Ban a demonstrated lifesaver
Washington Post editorial
Personal electronic devices have dramatically changed the way most people go about their lives – largely for the better. But irresponsible use has also introduced serious hazards.
Last year, about eight people died each day in vehicle accidents linked to distracted driving and the use of electronic devices. These 3,029 avoidable tragedies were a catalyst for the National Transportation Safety Board’s groundbreaking and potentially life-saving “no call, no text, no update” proposal last week. The board unanimously urged states to pass legislation banning the use of personal electronic devices while driving. The board proposed a narrow exception for emergencies. It also called on the CTIA, The Wireless Association and the Consumer Electronics Association to encourage development of technology that would dis-able portable devices within reach of the driver when a vehicle is in motion but could be overridden in emergency situations.
The dangers of texting while driving have been thoroughly documented, including in a study by the Virginia Tech Transportation Institute, which showed that texting renders drivers 23 times more likely to have an accident or a close call. Thirty-five states (including Indiana) and the District of Columbia have banned texting while driving.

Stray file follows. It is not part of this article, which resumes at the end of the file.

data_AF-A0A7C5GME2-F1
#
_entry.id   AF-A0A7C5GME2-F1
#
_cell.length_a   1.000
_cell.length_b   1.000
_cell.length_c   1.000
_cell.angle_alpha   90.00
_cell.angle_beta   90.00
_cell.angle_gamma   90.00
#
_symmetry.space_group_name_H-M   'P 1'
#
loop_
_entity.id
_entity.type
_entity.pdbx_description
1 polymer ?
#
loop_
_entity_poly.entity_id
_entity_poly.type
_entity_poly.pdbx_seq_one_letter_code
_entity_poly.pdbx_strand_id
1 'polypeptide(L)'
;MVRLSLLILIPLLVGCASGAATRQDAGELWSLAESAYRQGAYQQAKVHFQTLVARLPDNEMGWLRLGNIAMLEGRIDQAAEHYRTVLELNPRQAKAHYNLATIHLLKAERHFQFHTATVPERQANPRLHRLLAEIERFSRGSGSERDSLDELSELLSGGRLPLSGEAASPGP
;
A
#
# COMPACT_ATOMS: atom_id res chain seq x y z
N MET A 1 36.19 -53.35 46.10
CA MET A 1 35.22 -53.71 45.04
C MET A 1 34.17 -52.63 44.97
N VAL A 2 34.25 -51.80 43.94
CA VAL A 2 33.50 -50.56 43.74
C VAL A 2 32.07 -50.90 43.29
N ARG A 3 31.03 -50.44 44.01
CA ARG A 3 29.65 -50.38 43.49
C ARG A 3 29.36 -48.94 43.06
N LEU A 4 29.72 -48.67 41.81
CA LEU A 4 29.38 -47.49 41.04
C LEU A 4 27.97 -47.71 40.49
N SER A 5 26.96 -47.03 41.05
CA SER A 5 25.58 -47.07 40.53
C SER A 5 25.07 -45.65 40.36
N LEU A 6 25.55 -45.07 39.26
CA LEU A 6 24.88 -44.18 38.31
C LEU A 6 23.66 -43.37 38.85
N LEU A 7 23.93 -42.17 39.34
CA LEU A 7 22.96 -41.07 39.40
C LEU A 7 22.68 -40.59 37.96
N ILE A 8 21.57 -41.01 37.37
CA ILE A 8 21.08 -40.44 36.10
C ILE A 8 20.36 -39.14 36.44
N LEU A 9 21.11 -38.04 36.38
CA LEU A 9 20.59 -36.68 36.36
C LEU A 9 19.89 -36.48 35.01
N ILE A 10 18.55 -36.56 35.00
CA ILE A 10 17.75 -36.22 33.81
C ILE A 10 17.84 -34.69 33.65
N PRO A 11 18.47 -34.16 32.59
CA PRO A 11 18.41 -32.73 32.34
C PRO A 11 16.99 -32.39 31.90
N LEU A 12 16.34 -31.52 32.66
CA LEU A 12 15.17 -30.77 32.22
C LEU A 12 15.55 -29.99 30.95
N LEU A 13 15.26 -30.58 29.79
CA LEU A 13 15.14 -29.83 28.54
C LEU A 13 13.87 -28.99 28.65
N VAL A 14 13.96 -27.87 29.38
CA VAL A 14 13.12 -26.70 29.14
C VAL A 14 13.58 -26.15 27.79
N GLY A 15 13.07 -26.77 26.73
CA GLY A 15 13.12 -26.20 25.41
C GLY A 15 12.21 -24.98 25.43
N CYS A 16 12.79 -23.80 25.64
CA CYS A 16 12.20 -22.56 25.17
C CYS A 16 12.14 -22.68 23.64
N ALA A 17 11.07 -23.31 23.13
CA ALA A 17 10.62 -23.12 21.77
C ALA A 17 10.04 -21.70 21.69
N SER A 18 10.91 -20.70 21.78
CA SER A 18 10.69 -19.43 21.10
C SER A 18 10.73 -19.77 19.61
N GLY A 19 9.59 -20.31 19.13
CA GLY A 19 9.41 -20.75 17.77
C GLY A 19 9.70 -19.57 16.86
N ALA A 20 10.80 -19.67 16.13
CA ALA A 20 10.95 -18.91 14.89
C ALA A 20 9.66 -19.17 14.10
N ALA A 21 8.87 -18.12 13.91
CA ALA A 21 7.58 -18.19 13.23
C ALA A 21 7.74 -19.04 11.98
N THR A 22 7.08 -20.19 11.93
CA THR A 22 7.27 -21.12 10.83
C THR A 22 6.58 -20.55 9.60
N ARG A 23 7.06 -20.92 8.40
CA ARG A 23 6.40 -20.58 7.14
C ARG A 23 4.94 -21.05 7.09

States have been slower to prohibit cellphone conversations. Yet studies show that speaking on a cellphone while driving distracts a driver more than listening to music or speaking with a passenger. D.C. and 10 states prohibit talking on a hand-held device while driving, according to the Insurance Institute for Highway Safety.
The use of a hands-free device does not appear to diminish the risks and in some cases may increase them. Research has shown that drivers who speak on hand-held devices at least tend to compensate by slowing down, while those on hand-free devices tend not to display more caution.
The American Insurance Association, which supports a total ban, calls the use of mobile devices by drivers “a major epidemic.” Public awareness, legislation and enforcement are key to weaning drivers off of these devices. It should not take another 3,000 deaths.